Tag Archives | YouTube

A Brief History of Defunct Electronics Chains in the Form of Old TV Ads

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Today’s news that Circuit City, American’s second-largest electronics retailer, has filed for bankruptcy left me sad. And, oddly enough, nostalgic. The City isn’t going out of business, but as I reflected on its woes I thought about all the electronics chains I’ve shopped at over the years–the vast majority of which are no longer with us. (If Circuit City were to close its doors, it would leave only Best Buy and RadioShack as truly national chains focused solely on consumer electronics of all sorts, right?)

Once I got nostalgic, I did what I often do in such situations: I headed to YouTube. Which is rife with old commercials for defunct electronics retailers. Many of these chains basically did themselves in through poor management or inability to change with the times, and I thought some of them were shabby even when I did business with them; But it’s fun to get reacquainted with them through the miracle of streaming video.

After the jump, a look back, mostly in chronological order sorted by the year of the chain’s demise (click on the year for more details on the circumstances of its death).

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YouTube Gets MGM Content–This Time With Permission!

mgm-youtubeLooks like it’s all but official: The New York Times is reporting that YouTube will announce on Monday that it’s struck a deal with MGM to put movies and TV shows from that studio’s library on YouTube in legal, full-length, ad-sponsored form.

The examples that the Times gives make it sound like MGM isn’t exactly uploading all its crown jewels to YouTube in one fell swoop: They include the feature films The Magnificent Seven, Bulletproof Monk, and old episodes of American Gladiators.

The content may not be transcendent, but the arrangement is a meaningful moment of glasnost between YouTube and Hollywood, which have spent far more time making war with each other than making nice. The current-day MGM is a struggling shadow of its former self, but perhaps its move will lead bigger studios to consider striking deals with YouTube rather than demanding that their stuff be taken down.

YouTube’s interest in MGM content is presumably in part a defensive move to gird itself to compete with Hulu, the all-professional-content video site that’s best known for its scads of TV shows, but which also has some movies. Like, oh, for instance, Moby Dick:

[vodpod id=Groupvideo.1749104&w=425&h=350&fv=]

(Okay, we’re back. Sorry–I’ve always wanted to run a John Huston movie on my site.)

It’s inevitable that all video content will eventually migrate its way to the Web in one form or another, but nearly all of the details remain fuzzy–most importantly, how quickly it’ll all happen, which sites and services will get the content, and whether ad-support and fee-based venues will both thrive. I’m not making any predictions about how things will play out, but I’m glad to see even baby steps in the right direction. And hey, I’ve never seen The Magnificent Seven in its entirety…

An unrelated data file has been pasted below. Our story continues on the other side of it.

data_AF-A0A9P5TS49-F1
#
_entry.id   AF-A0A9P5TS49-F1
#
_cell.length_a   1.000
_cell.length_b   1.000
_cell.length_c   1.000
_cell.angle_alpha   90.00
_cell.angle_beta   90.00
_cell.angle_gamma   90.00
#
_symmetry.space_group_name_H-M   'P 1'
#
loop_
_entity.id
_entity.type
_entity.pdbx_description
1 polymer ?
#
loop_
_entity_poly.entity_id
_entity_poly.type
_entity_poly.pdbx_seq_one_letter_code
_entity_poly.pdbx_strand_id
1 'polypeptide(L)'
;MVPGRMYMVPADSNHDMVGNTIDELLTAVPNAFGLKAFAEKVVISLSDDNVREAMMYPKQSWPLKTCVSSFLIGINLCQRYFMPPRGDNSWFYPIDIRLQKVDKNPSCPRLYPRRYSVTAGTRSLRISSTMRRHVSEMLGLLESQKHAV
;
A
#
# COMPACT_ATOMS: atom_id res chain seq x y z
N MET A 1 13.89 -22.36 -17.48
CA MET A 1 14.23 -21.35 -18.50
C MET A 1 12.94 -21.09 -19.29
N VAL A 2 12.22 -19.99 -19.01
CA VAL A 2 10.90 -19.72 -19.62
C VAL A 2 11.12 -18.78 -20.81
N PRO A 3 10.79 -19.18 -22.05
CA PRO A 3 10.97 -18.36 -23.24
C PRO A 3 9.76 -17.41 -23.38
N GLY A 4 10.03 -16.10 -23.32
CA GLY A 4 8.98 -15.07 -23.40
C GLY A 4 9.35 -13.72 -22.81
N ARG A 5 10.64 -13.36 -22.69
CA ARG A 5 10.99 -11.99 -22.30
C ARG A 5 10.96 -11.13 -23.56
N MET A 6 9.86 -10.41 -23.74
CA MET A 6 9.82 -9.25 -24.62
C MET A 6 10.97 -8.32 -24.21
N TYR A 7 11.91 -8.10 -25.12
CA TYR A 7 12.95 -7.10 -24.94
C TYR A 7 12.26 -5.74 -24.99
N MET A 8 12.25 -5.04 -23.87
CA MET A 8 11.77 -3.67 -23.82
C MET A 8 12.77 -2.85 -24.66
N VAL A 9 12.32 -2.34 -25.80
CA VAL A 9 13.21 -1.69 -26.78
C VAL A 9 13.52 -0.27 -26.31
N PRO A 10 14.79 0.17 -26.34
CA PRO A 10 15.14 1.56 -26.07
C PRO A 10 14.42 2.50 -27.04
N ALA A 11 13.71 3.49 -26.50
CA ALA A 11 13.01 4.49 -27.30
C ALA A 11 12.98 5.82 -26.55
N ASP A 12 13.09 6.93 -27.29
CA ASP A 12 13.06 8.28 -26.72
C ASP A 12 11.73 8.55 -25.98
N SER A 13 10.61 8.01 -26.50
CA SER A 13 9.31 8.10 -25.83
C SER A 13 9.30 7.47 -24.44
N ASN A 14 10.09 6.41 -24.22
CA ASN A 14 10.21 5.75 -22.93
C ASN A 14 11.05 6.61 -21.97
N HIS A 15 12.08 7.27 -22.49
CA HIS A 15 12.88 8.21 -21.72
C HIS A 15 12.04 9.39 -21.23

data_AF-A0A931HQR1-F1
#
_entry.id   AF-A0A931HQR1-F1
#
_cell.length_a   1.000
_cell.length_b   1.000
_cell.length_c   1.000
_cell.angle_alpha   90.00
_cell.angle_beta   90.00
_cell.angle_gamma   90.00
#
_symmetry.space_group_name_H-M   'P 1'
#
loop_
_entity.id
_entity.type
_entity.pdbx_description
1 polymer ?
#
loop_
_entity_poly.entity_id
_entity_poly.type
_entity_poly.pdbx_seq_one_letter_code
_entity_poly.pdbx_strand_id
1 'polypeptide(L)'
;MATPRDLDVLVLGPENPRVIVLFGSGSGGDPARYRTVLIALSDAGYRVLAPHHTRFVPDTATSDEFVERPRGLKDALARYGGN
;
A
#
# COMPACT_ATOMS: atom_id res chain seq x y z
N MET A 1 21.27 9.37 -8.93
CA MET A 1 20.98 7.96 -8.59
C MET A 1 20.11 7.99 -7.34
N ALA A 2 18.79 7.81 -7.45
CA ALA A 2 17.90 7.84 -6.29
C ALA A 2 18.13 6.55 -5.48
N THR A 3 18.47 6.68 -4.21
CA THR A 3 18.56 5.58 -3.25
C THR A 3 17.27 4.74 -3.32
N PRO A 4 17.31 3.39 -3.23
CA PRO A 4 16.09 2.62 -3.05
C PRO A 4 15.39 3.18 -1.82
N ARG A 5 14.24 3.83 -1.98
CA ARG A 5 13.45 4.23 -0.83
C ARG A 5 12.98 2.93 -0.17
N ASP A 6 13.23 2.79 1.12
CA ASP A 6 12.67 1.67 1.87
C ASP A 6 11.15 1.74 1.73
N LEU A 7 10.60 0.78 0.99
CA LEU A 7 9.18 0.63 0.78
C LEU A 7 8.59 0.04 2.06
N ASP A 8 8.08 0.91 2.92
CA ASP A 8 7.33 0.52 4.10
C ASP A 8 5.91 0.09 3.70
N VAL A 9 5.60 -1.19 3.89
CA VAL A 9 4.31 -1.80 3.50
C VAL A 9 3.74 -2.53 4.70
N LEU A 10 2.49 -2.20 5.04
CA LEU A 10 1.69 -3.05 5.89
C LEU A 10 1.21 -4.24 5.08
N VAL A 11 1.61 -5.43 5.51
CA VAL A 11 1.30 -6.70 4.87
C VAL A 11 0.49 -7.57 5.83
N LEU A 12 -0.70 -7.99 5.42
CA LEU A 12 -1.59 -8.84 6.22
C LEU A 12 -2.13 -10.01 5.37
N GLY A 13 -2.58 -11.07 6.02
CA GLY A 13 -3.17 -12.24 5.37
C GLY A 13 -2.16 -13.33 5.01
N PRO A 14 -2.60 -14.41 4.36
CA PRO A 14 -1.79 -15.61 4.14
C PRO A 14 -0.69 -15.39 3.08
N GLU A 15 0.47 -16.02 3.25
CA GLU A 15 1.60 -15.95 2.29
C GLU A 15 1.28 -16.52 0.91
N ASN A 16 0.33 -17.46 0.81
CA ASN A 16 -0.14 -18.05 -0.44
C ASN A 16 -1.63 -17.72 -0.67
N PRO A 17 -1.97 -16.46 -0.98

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YouTube Quietly Adds Search to Embedded Video

While searching for videos on today’s election happenings, I stumbled upon a feature which must have just recently been added to embedded videos. The functionality allows for a search box to appear at the top of the video when users are finished watching the video, or during the video after clicking the embed/url information option.

After the search query is typed, the search results appear in-line, meaning the user would never leave the page where the video was embedded. This has to be seen as a postive by website owners, since they will retain that set of eyes. On the web, that is as good as gold — and when you lose eyes, there’s a good chance they won’t come back.

I’m still not seeing any announcement from YouTube officially announcing the functionality, and I’m not expecting anything either since its relatively minor. However the implications for those who embed videos into their sites are obviously much more significant.

Pictures of the search option are below the fold.

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Is the YouTube-CBS Deal a Sign of Reconciliation?

YouTube said late Friday that it would begin to offer full-length television shows through the site, initially partnering with CBS. Among the shows now available are select episodes of Star Trek, The Young & The Restless, Beverly Hills 90210, and Californication, among others.

The TV shows would be provided at no charge and would include advertisements that would play before, during, and after the videos. CBS will sell the advertising for the show, and YouTube would get a cut of the revenues.

Here’s hoping that this deal is a sign of improving relations between the video site and the entertainment industry. As you may remember, CBS was formerly a part of Viacom, the company who sued YouTube for $1 billion in March of last year.

While Viacom no longer has anything to do with the production arm of CBS any longer (it only retains rights to MTV Networks, BET Networks, Paramount, and Paramount Pictures’ home entertainment operations), the ties are still there. This move could wrm Viacom’s heart ever so slightly, and may give YouTube a slight edge in any negotiations.

It also seems to be a bit of a concession on the part of the entertainment industry that it needs the leading online video site. While industry-backed sites like Hulu are doing okay, they aren’t even close to touching YouTube.

Maybe its time for the two sides to bury the hatchet, as it would be financially beneficial for all. As the old adage goes, “if you can’t beat ’em, join ’em.”


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